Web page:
Latest in Gear

Image credit:

Saudi Arabia arrests one of tech's biggest investors

Prince Al-Waleed has money in Apple, Lyft, Twitter and other tech giants.
Jon Fingas, @jonfingas
November 5, 2017
Share
Tweet
Share

Sponsored Links

Anadolu Agency via Getty Images

Saudi Arabia is in the midst of a crackdown on alleged corruption, and its dragnet has caught one of the tech world's most important investors: the country has arrested Prince al-Waleed bin Talal over money laundering charges. He has major stakes in satellite TV providers and in recent years has been one of the largest individual investors in a number of well-known tech giants, including Apple and Lyft. The royal is particularly important to Twitter's fate. He poured $300 million into the social network in 2011, and his stake is second only to that of Twitter co-founder Ev Williams -- even CEO Jack Dorsey has a smaller financial commitment.

Whether or not the charges are valid isn't clear. They're coming mere hours after Saudi Arabia formed an anti-corruption agency led by crown Prince Mohammed bin Salman, who hasn't made a secret of wanting to consolidate power before his aging father King Salman leaves the throne. Prince al-Waleed's father had opposed Prince Mohammed's rise to power. Corruption has been an issue, however, and Saudi Arabia wants to eliminate as much of it as possible as it institutes economic reforms meant to reduce its dependence on oil by 2030. It's been making huge investments in tech, including Uber's ridesharing and Virgin's space tourism.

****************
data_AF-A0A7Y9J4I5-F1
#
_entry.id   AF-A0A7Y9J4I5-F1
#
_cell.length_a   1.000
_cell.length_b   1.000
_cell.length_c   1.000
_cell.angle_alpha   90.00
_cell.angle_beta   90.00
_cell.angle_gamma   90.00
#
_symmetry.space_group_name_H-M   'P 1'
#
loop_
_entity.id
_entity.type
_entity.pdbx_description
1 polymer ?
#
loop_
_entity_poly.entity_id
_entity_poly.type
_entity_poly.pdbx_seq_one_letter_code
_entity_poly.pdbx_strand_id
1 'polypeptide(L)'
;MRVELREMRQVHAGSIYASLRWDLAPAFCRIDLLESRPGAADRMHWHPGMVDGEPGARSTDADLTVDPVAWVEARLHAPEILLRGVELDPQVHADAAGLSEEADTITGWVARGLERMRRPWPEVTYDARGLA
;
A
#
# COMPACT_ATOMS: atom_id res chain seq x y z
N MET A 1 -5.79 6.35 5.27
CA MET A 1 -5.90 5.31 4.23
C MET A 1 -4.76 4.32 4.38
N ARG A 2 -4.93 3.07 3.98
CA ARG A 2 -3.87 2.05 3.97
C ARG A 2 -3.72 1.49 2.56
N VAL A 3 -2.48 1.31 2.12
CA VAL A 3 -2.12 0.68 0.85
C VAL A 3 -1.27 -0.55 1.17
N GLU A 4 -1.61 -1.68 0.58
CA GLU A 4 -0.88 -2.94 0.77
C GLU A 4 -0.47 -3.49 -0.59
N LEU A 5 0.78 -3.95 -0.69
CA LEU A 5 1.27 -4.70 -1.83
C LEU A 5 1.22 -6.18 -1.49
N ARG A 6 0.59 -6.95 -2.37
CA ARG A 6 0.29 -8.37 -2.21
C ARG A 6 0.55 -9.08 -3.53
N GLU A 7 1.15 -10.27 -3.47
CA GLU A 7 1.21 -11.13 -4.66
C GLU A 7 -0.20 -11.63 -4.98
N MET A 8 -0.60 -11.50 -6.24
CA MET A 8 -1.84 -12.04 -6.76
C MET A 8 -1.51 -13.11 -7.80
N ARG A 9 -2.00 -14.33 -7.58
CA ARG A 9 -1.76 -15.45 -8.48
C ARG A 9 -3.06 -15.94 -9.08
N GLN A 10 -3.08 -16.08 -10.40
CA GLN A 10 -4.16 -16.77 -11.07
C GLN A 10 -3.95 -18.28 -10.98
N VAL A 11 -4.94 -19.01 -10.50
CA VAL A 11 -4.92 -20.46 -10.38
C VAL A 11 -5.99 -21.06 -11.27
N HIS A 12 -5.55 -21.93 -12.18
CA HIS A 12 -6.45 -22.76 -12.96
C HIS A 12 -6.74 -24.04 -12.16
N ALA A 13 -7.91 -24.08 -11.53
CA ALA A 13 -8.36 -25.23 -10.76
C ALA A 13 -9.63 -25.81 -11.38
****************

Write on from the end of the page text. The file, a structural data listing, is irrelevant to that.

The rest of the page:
Either way, the arrest could have a significant effect on tech investments. Prince al-Waleed's existing stakes won't necessarily dry up, but it's safe to say he won't be investing more if he's convicted. And that, in turn, dries up a significant source of funding for the tech industry. Promising startups and cash-strapped incumbents will have a harder time raising the cash they need to stay afloat.

All products recommended by Engadget are selected by our editorial team, independent of our parent company. Some of our stories include affiliate links. If you buy something through one of these links, we may earn an affiliate commission.
Comment
Comments
Share
Tweet
Share

Popular on Engadget

Google's COVID-19 reports show where people are obeying stay-at-home orders

Google's COVID-19 reports show where people are obeying stay-at-home orders

View
Honeywell says it built the world's most powerful quantum computer

Honeywell says it built the world's most powerful quantum computer

View
Apple may bring 'real' home screen widgets to iOS 14

Apple may bring 'real' home screen widgets to iOS 14

View
UK phone masts attacked over bogus 5G coronavirus conspiracies

UK phone masts attacked over bogus 5G coronavirus conspiracies

View
Ten years in, a look at the iPad killers that weren't

Ten years in, a look at the iPad killers that weren't

View

From around the web

Page 1Page 1ear iconeye iconFill 23text filevr